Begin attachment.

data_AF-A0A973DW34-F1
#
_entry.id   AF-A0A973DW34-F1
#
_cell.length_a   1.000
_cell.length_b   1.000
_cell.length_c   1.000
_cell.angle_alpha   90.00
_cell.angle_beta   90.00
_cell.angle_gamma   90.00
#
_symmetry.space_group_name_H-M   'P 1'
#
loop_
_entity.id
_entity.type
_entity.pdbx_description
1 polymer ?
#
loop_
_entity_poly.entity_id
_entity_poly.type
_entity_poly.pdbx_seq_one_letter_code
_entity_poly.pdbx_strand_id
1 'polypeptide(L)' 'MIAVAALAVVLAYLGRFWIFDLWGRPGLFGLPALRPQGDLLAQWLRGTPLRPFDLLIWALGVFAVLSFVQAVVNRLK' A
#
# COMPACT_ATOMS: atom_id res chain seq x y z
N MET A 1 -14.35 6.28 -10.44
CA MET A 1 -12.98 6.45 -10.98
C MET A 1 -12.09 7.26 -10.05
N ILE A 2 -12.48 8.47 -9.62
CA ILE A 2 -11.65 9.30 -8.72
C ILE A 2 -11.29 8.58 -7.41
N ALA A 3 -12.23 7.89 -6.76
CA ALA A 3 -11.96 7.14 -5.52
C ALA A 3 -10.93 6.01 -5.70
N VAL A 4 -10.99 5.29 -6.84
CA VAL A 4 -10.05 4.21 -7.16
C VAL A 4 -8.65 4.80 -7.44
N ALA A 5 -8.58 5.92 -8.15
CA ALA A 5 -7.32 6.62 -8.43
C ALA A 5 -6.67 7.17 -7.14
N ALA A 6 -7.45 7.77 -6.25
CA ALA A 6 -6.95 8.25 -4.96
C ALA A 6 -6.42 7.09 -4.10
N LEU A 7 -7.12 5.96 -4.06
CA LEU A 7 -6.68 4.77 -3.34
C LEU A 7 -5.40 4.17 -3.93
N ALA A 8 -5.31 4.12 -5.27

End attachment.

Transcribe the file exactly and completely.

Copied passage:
data_AF-A0A973DW34-F1
#
_entry.id   AF-A0A973DW34-F1
#
_cell.length_a   1.000
_cell.length_b   1.000
_cell.length_c   1.000
_cell.angle_alpha   90.00
_cell.angle_beta   90.00
_cell.angle_gamma   90.00
#
_symmetry.space_group_name_H-M   'P 1'
#
loop_
_entity.id
_entity.type
_entity.pdbx_description
1 polymer ?
#
loop_
_entity_poly.entity_id
_entity_poly.type
_entity_poly.pdbx_seq_one_letter_code
_entity_poly.pdbx_strand_id
1 'polypeptide(L)' 'MIAVAALAVVLAYLGRFWIFDLWGRPGLFGLPALRPQGDLLAQWLRGTPLRPFDLLIWALGVFAVLSFVQAVVNRLK' A
#
# COMPACT_ATOMS: atom_id res chain seq x y z
N MET A 1 -14.35 6.28 -10.44
CA MET A 1 -12.98 6.45 -10.98
C MET A 1 -12.09 7.26 -10.05
N ILE A 2 -12.48 8.47 -9.62
CA ILE A 2 -11.65 9.30 -8.72
C ILE A 2 -11.29 8.58 -7.41
N ALA A 3 -12.23 7.89 -6.76
CA ALA A 3 -11.96 7.14 -5.52
C ALA A 3 -10.93 6.01 -5.70
N VAL A 4 -10.99 5.29 -6.84
CA VAL A 4 -10.05 4.21 -7.16
C VAL A 4 -8.65 4.80 -7.44
N ALA A 5 -8.58 5.92 -8.15
CA ALA A 5 -7.32 6.62 -8.43
C ALA A 5 -6.67 7.17 -7.14
N ALA A 6 -7.45 7.77 -6.25
CA ALA A 6 -6.95 8.25 -4.96
C ALA A 6 -6.42 7.09 -4.10
N LEU A 7 -7.12 5.96 -4.06
CA LEU A 7 -6.68 4.77 -3.34
C LEU A 7 -5.40 4.17 -3.93
N ALA A 8 -5.31 4.12 -5.27